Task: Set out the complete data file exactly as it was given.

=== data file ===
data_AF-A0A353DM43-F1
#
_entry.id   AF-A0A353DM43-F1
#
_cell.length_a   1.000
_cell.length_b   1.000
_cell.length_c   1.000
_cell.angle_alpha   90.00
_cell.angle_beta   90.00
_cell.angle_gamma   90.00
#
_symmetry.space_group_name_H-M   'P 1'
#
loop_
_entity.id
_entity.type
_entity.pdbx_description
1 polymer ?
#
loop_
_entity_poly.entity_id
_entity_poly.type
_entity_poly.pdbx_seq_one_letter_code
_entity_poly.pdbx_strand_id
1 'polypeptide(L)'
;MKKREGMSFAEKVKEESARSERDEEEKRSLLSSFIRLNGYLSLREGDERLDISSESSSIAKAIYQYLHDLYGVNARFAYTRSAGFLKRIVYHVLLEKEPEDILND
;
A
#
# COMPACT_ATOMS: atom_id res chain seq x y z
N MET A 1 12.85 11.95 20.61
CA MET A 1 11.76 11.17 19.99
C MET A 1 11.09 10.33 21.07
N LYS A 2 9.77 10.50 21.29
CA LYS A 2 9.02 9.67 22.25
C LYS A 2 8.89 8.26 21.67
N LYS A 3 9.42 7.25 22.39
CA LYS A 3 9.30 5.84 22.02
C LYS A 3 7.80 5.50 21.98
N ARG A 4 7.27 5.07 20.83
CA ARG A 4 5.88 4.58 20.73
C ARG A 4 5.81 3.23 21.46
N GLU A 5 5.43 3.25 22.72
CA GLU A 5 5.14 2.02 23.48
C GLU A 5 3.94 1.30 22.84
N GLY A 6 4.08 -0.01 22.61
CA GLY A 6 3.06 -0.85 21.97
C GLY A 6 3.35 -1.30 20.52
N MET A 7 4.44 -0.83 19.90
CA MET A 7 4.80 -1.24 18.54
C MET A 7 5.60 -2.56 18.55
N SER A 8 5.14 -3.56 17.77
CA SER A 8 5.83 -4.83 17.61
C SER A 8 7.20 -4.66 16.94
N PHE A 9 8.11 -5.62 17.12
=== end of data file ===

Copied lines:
data_AF-A0A353DM43-F1
#
_entry.id   AF-A0A353DM43-F1
#
_cell.length_a   1.000
_cell.length_b   1.000
_cell.length_c   1.000
_cell.angle_alpha   90.00
_cell.angle_beta   90.00
_cell.angle_gamma   90.00
#
_symmetry.space_group_name_H-M   'P 1'
#
loop_
_entity.id
_entity.type
_entity.pdbx_description
1 polymer ?
#
loop_
_entity_poly.entity_id
_entity_poly.type
_entity_poly.pdbx_seq_one_letter_code
_entity_poly.pdbx_strand_id
1 'polypeptide(L)'
;MKKREGMSFAEKVKEESARSERDEEEKRSLLSSFIRLNGYLSLREGDERLDISSESSSIAKAIYQYLHDLYGVNARFAYTRSAGFLKRIVYHVLLEKEPEDILND
;
A
#
# COMPACT_ATOMS: atom_id res chain seq x y z
N MET A 1 12.85 11.95 20.61
CA MET A 1 11.76 11.17 19.99
C MET A 1 11.09 10.33 21.07
N LYS A 2 9.77 10.50 21.29
CA LYS A 2 9.02 9.67 22.25
C LYS A 2 8.89 8.26 21.67
N LYS A 3 9.42 7.25 22.39
CA LYS A 3 9.30 5.84 22.02
C LYS A 3 7.80 5.50 21.98
N ARG A 4 7.27 5.07 20.83
CA ARG A 4 5.88 4.58 20.73
C ARG A 4 5.81 3.23 21.46
N GLU A 5 5.43 3.25 22.72
CA GLU A 5 5.14 2.02 23.48
C GLU A 5 3.94 1.30 22.84
N GLY A 6 4.08 -0.01 22.61
CA GLY A 6 3.06 -0.85 21.97
C GLY A 6 3.35 -1.30 20.52
N MET A 7 4.44 -0.83 19.90
CA MET A 7 4.80 -1.24 18.54
C MET A 7 5.60 -2.56 18.55
N SER A 8 5.14 -3.56 17.77
CA SER A 8 5.83 -4.83 17.61
C SER A 8 7.20 -4.66 16.94
N PHE A 9 8.11 -5.62 17.12